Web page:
The common narrative is as old as the hills. Students start school, move into neighborhood rentals, party, go to class, party, finish the semester, and go home. Students come and go and often get a bad rap that they could care less about getting involved or about getting to know longtime residences, appreciating the neighborhood’s history or supporting the local businesses.
Not so fast.
For many Grand Valley State University students, when they attend their student orientation on August 25, they will have an opportunity for a very unique learning opportunity: an opportunity to totally flip that narrative and participate in an ongoing dialogue on what it means to be a good neighbor.
Thanks to an invitation from GVSU to participate in the student orientation program, the WestSide Collaborative
, two local neighborhood associations and several local nonprofits will share with students a little history of the West Side and provide encouragement and simple ways to get involved in the community outside of GVSU as part of a program called the “Good Neighbor Orientation.”
Sergio Cira-Reyes, project director at the WestSide Collaborative
, says the orientation is an important initiative meant to engage students and help better integrate them into the local neighborhoods. “The narrative has always been that students are coming into the community and displacing long time residents,” he says. Instead, Cira-Reyes wants to inspire students to learn more about the West Side, engage them in serious discussions about economic development and gentrification, and ultimately help them discover their voice so they can speak up and express their opinions. “We want students to be part of this community and they should be part of the discussion,” he says. “We see them as future leaders in our neighborhoods.”
This event comes at a particularly crucial time, with “mom ‘n pop” shops giving way to larger developments and rents continually rising. In an article Rapid Growth published
late last year, Andrew Sisson, of the WestSide Collaborative, explains the tension behind the changes occurring on the West Side.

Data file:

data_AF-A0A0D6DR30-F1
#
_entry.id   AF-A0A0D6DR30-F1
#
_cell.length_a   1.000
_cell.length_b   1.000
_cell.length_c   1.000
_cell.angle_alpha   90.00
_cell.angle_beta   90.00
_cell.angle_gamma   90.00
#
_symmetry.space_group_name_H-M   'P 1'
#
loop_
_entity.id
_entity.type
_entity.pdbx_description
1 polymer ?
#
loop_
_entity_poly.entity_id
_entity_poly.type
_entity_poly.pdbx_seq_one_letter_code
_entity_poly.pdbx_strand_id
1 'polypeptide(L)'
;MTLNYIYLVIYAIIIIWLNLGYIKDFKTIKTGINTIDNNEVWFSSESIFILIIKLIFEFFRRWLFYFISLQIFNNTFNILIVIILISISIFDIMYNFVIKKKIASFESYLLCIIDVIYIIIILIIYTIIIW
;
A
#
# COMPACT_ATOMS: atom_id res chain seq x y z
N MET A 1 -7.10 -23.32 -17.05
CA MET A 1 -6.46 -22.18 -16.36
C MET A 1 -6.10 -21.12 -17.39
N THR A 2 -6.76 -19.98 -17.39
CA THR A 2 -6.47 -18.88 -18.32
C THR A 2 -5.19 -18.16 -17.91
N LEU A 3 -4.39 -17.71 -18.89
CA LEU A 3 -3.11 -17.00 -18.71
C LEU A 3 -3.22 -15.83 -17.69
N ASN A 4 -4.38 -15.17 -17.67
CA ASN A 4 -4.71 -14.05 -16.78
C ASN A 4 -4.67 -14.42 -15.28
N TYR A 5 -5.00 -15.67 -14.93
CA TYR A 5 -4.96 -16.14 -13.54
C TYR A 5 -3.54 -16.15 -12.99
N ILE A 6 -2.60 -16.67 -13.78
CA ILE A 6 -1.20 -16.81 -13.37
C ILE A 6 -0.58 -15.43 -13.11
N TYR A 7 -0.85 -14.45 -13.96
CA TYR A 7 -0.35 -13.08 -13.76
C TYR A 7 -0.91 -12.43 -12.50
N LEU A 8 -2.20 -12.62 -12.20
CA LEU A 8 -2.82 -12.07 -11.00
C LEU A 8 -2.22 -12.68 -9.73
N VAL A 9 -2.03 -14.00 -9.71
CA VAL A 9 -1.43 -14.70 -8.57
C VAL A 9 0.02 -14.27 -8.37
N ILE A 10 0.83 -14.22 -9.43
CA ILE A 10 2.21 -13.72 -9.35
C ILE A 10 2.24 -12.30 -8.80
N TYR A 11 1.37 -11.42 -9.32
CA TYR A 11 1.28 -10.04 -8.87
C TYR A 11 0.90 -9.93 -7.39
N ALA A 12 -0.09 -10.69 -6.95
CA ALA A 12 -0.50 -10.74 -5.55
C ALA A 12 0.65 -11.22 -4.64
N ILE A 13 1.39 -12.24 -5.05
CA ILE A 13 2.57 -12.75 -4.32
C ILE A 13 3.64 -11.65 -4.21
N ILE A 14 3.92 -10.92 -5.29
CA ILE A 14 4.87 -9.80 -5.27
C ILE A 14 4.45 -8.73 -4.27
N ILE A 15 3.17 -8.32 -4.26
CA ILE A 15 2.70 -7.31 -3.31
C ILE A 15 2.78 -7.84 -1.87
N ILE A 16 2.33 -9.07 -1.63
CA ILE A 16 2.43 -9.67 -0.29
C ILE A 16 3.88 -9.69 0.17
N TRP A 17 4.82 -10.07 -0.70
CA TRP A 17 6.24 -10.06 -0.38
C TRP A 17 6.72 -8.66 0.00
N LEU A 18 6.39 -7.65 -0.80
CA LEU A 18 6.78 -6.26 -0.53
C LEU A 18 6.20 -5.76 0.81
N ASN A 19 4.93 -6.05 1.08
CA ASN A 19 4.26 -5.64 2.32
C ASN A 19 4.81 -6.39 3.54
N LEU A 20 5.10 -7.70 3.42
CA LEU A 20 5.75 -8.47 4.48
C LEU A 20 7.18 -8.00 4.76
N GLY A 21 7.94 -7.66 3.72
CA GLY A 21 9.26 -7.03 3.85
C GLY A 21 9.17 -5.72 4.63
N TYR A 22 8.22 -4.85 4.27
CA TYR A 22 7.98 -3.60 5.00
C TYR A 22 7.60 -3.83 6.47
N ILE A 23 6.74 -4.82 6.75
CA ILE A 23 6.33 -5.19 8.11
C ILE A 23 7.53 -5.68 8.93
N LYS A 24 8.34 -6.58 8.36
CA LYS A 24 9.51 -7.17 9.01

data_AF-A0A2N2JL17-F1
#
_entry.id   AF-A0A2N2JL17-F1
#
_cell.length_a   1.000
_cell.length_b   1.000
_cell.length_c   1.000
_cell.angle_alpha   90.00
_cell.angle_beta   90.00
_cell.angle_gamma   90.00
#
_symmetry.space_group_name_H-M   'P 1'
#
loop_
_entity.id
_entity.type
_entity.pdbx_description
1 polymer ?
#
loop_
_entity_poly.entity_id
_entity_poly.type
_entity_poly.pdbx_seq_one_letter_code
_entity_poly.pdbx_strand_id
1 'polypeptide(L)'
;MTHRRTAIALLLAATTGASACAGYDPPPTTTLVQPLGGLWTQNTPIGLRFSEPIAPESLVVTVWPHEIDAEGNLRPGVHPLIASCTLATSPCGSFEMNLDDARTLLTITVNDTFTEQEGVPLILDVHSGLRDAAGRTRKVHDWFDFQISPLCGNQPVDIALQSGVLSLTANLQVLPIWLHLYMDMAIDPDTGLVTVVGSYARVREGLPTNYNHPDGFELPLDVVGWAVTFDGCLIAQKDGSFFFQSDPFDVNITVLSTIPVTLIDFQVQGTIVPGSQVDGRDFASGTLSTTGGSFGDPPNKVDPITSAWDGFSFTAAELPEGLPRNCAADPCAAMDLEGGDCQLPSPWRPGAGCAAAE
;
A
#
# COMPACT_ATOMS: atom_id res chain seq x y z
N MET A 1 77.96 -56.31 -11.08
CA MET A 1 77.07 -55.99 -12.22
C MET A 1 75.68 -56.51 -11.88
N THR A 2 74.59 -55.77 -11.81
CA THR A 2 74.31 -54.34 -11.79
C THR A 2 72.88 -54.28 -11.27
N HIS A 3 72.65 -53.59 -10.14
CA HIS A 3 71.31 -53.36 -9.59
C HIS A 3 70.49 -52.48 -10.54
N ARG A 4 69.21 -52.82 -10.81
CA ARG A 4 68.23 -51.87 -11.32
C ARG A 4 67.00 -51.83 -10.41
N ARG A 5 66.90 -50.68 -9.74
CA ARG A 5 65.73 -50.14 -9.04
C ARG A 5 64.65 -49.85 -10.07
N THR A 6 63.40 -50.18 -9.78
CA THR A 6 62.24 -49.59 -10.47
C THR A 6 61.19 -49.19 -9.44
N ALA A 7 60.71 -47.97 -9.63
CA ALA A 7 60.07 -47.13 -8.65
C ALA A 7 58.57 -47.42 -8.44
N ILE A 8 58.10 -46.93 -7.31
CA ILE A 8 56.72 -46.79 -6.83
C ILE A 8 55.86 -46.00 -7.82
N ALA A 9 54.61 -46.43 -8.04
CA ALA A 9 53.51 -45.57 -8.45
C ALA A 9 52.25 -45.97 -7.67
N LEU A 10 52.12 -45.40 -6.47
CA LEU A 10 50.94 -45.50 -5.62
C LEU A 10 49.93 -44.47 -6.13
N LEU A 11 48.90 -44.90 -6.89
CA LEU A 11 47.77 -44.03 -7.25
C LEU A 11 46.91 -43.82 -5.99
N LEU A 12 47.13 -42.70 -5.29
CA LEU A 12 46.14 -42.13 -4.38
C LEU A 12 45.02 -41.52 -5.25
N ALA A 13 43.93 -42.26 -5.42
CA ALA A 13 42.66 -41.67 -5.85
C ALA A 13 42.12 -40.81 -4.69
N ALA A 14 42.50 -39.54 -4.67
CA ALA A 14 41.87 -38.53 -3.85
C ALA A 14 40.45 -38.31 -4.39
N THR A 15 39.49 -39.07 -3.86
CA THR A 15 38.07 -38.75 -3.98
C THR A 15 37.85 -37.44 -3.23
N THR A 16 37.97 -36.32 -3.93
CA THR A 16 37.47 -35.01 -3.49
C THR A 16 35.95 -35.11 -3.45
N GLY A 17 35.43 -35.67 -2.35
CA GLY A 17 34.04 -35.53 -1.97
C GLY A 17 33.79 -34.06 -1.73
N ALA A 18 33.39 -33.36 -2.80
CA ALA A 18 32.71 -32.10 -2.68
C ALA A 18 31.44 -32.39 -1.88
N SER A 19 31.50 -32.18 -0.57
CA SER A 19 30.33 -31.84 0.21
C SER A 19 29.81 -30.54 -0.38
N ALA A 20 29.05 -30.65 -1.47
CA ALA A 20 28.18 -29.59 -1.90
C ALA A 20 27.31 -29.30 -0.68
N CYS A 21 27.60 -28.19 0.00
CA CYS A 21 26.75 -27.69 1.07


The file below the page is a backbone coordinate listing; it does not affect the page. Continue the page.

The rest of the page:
“Currently the market rate for a studio apartment is about $1,000 a month,” Sisson says in that article. “That’s bringing in wealthier residents, and that means people living here are being forced out. About 40 percent of those living in these neighborhoods have incomes below the poverty level. People with children are having a hard time renting, because kids are hard on a house and the new owners don’t want to rent to them. And those who lost their houses in 2008 to foreclosure — the majority of those were sold to investors with cash, buying up single family housing and turning them into rental homes.”
During the orientation students will listen to peers who live and work in the West Side and be pitched on different ways to get involved. There will also be a table in the back with representatives from West Side organizations to welcome students to the community and provide background information on their work. The program will end with a walking tour of the West Side with specific stops at local organizations and dinner.
Ultimately, Cira-Reyes hopes that students will begin to understand their impact on the West Side community and be inspired to get involved and make a difference.
The 'Good Neighbor Orientation' will take place from 7-9pm at GVSU's downtown campus on August 25 . For more information, including how to register, please go here.
Writer: John Rumery, Innovation and Jobs News Editor